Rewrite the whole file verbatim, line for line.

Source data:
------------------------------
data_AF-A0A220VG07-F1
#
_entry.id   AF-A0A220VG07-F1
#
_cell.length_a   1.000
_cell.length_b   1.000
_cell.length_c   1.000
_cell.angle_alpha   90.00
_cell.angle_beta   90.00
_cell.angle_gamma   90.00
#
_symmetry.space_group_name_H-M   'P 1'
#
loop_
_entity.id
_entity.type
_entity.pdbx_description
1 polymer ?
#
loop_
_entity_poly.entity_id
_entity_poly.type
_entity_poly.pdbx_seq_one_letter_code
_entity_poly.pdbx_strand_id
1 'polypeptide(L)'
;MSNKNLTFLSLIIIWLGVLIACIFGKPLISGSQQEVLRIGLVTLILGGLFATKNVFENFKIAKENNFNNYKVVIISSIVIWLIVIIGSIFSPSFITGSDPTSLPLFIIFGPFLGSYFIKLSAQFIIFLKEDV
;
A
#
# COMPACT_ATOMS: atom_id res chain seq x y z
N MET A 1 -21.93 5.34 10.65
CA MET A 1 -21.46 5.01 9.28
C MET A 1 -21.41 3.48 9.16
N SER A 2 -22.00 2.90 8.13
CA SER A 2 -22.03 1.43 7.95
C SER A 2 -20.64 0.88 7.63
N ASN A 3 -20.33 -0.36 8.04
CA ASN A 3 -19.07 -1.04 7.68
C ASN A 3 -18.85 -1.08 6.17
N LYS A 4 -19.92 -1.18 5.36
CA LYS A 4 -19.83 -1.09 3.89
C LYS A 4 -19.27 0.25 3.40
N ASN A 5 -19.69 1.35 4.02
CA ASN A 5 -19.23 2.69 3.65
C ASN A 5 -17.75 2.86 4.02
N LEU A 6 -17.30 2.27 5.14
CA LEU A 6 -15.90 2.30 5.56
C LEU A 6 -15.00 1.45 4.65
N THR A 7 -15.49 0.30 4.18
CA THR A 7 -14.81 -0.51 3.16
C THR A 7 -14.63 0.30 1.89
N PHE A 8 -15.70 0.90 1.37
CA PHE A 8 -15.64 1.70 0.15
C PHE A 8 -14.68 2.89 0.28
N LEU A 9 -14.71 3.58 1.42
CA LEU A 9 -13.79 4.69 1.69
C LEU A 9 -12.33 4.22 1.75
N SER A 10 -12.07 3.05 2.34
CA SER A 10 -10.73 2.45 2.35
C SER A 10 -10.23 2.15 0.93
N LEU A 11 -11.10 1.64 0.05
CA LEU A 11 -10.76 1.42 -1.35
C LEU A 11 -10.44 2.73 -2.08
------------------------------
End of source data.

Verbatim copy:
data_AF-A0A220VG07-F1
#
_entry.id   AF-A0A220VG07-F1
#
_cell.length_a   1.000
_cell.length_b   1.000
_cell.length_c   1.000
_cell.angle_alpha   90.00
_cell.angle_beta   90.00
_cell.angle_gamma   90.00
#
_symmetry.space_group_name_H-M   'P 1'
#
loop_
_entity.id
_entity.type
_entity.pdbx_description
1 polymer ?
#
loop_
_entity_poly.entity_id
_entity_poly.type
_entity_poly.pdbx_seq_one_letter_code
_entity_poly.pdbx_strand_id
1 'polypeptide(L)'
;MSNKNLTFLSLIIIWLGVLIACIFGKPLISGSQQEVLRIGLVTLILGGLFATKNVFENFKIAKENNFNNYKVVIISSIVIWLIVIIGSIFSPSFITGSDPTSLPLFIIFGPFLGSYFIKLSAQFIIFLKEDV
;
A
#
# COMPACT_ATOMS: atom_id res chain seq x y z
N MET A 1 -21.93 5.34 10.65
CA MET A 1 -21.46 5.01 9.28
C MET A 1 -21.41 3.48 9.16
N SER A 2 -22.00 2.90 8.13
CA SER A 2 -22.03 1.43 7.95
C SER A 2 -20.64 0.88 7.63
N ASN A 3 -20.33 -0.36 8.04
CA ASN A 3 -19.07 -1.04 7.68
C ASN A 3 -18.85 -1.08 6.17
N LYS A 4 -19.92 -1.18 5.36
CA LYS A 4 -19.83 -1.09 3.89
C LYS A 4 -19.27 0.25 3.40
N ASN A 5 -19.69 1.35 4.02
CA ASN A 5 -19.23 2.69 3.65
C ASN A 5 -17.75 2.86 4.02
N LEU A 6 -17.30 2.27 5.14
CA LEU A 6 -15.90 2.30 5.56
C LEU A 6 -15.00 1.45 4.65
N THR A 7 -15.49 0.30 4.18
CA THR A 7 -14.81 -0.51 3.16
C THR A 7 -14.63 0.30 1.89
N PHE A 8 -15.70 0.90 1.37
CA PHE A 8 -15.64 1.70 0.15
C PHE A 8 -14.68 2.89 0.28
N LEU A 9 -14.71 3.58 1.42
CA LEU A 9 -13.79 4.69 1.69
C LEU A 9 -12.33 4.22 1.75
N SER A 10 -12.07 3.05 2.34
CA SER A 10 -10.73 2.45 2.35
C SER A 10 -10.23 2.15 0.93
N LEU A 11 -11.10 1.64 0.05
CA LEU A 11 -10.76 1.42 -1.35
C LEU A 11 -10.44 2.73 -2.08